Sixteen-year-old Nicholas Mason (stated ambitions: college, medical school, cardiac surgery) just may represent the fulfillment of Dr. Shetty’s vision. If not Nicholas, then perhaps one of his 15 classmates also studying full time at the hospital in East End. If not them, then perhaps the 170 Cayman high school students who will spend a week out at Health City this school year – or the more than 300 students Dr. Shetty wants to participate in the one-week program next year.
Following Dr. Shetty’s speech last February, we wrote an editorial which included the following: “We expect that Dr. Shetty will accept nothing less than world-class performance from each worker at Health City, be they gardeners, nurses, administrators or physicians.” …
“[All students interested in health professions] should be encouraged in every way, including tailoring curriculum and fostering protégé-mentor relationships with Cayman’s healthcare professionals, both within Health City and without.
“Health City is starting to roll down the tracks. Caymanians need to jump on board — right now — before it picks up speed and leaves us behind.”
Nearly a year later, we are pleased to report the progress being made at Health City, and to observe the promise of Cayman’s future embodied by its intern program and young adults such as Mr. Mason.
The overall mission of Health City is nothing less than to effect a fundamental transformation of healthcare delivery globally, as evidenced by the partnership between Dr. Shetty’s India-based Narayana Health and U.S. Catholic healthcare giant Ascension.
However, from the moment Cayman was identified as a potential venue for the project, Caymanians have had in their corner a local champion who has steadfastly advocated (and tirelessly acted) for the advancement of his country’s people, through individual effort and honest work.
Gene Thompson is a modest man who would rather his name appear in the newspaper as seldom as possible (and preferably not at all). He prefers giving credit to others, as he did when he told the Compass about the teamwork involved in making the internship program a reality. The program simply couldn’t have materialized without the leadership of Health City’s government liaison Richard Parchment and the enthusiastic support of the Ministry of Education, headed up by Tara Rivers and her councillor Winston Connolly. This was a true private sector/public sector partnership.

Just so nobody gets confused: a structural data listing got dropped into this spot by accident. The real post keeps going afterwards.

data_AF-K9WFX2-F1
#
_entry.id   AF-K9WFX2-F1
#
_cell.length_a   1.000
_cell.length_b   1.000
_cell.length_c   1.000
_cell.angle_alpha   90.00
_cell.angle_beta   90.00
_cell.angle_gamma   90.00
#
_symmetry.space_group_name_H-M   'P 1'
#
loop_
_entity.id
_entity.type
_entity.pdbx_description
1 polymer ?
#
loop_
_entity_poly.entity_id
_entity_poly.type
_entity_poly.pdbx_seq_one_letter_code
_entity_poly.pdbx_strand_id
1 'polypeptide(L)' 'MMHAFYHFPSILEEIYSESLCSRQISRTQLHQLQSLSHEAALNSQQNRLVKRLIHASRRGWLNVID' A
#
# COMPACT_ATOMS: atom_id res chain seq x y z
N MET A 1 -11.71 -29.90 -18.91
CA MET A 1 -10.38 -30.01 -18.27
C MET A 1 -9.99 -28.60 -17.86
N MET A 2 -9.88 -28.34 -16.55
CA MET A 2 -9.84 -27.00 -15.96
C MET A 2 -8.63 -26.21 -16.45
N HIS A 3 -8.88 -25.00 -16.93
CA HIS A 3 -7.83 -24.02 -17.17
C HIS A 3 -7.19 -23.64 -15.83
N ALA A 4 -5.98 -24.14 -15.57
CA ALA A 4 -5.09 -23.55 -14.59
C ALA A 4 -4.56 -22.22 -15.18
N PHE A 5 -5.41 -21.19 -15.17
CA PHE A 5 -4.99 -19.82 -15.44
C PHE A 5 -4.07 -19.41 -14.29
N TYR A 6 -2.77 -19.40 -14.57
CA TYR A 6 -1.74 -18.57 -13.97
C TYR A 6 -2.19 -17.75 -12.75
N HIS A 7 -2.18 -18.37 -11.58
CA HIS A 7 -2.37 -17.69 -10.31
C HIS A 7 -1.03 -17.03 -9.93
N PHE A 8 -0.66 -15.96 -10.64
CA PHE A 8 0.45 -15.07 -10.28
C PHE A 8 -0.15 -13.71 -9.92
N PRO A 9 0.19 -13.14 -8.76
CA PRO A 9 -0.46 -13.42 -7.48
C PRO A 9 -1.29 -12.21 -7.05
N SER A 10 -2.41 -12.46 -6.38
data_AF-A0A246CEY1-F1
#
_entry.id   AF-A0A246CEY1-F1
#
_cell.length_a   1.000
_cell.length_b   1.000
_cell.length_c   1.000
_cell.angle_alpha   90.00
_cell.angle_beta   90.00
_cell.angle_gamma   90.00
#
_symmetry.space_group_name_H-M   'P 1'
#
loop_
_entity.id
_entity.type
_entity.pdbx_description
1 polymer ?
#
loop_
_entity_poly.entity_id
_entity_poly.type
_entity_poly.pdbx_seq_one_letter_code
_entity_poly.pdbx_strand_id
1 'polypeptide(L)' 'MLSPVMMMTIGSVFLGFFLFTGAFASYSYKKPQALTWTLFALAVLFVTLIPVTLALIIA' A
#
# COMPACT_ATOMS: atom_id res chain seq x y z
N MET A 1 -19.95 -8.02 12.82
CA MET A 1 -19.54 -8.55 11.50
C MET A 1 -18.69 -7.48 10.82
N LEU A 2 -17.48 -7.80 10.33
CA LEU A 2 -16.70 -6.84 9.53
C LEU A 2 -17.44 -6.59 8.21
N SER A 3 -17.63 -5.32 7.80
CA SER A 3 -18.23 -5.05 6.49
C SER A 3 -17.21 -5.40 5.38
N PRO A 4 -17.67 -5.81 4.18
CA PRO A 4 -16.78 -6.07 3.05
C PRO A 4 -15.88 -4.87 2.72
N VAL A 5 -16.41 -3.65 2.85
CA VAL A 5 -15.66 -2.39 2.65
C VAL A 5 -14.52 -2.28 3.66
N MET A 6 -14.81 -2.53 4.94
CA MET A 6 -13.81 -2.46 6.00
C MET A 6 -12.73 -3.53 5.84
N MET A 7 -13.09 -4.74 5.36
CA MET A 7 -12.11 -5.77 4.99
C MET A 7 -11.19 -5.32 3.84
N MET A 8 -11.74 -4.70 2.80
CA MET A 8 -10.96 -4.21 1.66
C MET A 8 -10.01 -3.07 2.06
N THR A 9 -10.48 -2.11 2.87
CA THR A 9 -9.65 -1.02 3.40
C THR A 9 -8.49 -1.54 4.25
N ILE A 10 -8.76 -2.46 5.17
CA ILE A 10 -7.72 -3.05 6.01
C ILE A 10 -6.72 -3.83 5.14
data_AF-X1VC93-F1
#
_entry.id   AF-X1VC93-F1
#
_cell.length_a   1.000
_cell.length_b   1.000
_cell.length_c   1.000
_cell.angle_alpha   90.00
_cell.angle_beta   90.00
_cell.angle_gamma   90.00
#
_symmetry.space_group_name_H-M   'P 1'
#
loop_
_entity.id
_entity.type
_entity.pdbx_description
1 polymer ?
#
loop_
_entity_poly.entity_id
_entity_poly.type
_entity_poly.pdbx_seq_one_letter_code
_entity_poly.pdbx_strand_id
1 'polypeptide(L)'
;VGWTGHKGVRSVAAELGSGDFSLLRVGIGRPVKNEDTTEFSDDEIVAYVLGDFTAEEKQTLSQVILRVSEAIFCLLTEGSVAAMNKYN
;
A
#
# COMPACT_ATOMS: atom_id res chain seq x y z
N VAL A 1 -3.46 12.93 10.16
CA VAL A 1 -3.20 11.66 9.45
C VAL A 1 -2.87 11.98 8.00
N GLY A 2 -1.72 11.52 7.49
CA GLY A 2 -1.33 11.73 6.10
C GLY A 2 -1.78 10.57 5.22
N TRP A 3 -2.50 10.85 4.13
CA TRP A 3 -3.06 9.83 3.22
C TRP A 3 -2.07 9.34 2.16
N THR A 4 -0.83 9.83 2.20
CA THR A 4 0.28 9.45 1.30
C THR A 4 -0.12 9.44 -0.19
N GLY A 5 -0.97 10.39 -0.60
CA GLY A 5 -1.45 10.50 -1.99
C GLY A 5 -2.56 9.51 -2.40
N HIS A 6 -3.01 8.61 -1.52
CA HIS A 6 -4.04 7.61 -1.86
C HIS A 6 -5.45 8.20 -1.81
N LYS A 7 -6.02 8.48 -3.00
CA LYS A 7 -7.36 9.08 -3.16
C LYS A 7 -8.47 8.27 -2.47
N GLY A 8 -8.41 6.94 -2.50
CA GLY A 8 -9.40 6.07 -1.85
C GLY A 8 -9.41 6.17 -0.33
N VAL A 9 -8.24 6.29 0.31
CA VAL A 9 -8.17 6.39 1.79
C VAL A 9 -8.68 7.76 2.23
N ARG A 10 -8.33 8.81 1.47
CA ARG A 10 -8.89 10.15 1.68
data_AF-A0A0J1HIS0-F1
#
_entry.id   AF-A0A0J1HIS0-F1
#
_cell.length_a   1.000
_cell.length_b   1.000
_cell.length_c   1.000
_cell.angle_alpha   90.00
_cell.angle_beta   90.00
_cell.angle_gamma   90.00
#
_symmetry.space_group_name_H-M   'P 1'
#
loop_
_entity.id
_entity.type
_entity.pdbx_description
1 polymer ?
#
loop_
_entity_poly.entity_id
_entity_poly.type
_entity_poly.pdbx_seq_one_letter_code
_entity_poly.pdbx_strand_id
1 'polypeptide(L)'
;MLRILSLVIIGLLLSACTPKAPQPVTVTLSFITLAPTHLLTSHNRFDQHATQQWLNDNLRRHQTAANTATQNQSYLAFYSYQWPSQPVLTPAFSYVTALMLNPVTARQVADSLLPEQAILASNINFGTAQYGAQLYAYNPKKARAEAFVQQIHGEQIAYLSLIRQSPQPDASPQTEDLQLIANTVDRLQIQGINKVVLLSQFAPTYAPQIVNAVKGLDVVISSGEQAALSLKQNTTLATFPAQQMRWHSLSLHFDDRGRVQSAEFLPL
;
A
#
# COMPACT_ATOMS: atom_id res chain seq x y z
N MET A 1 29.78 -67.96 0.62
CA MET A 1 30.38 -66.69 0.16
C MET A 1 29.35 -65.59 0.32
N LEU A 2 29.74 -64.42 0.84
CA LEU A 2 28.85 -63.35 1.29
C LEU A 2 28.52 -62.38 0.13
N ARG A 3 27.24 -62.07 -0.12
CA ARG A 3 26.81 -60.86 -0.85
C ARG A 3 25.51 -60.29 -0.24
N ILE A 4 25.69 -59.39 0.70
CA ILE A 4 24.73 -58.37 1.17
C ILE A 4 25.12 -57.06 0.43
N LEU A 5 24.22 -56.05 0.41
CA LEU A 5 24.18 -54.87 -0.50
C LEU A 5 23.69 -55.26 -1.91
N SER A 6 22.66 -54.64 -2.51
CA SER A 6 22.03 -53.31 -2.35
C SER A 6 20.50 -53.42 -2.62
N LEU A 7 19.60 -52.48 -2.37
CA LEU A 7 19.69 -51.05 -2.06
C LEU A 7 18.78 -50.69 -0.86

Often times Cayman businesspeople (be they locals or expatriates) are disingenuous at best when they speak about creating Caymanian employment opportunities.
Not Mr. Thompson, who has been as serious and impactful as a Category 5 hurricane in demanding that Caymanians are included and benefit from his ventures. He insisted on using Caymanian construction crews (including some former inmates from Northward; skeptics said the plan would never work; it did); he set a goal of Health City’s having a staff makeup that is at least 30 percent Caymanian (it is); and now Health City has an internship program for engaging Caymanians students that should be a model for other businesses throughout the island.
Quite frankly, we don’t know what the future holds for Mr. Mason, his classmates or any of the Caymanians who embrace the opportunities presented by Health City. We certainly don’t know who will become the world’s greatest heart surgeon, an excellent nurse, administrative assistant or janitor.
What we do know with a high degree of confidence, however, is that not one single Caymanian who jumps on board early with Health City, and stays on track, is ever likely to find himself begging for a handout, lobbying for an entitlement, viewing Northward Prison from the inside out, or gracing the premises of the National Workforce Development Agency.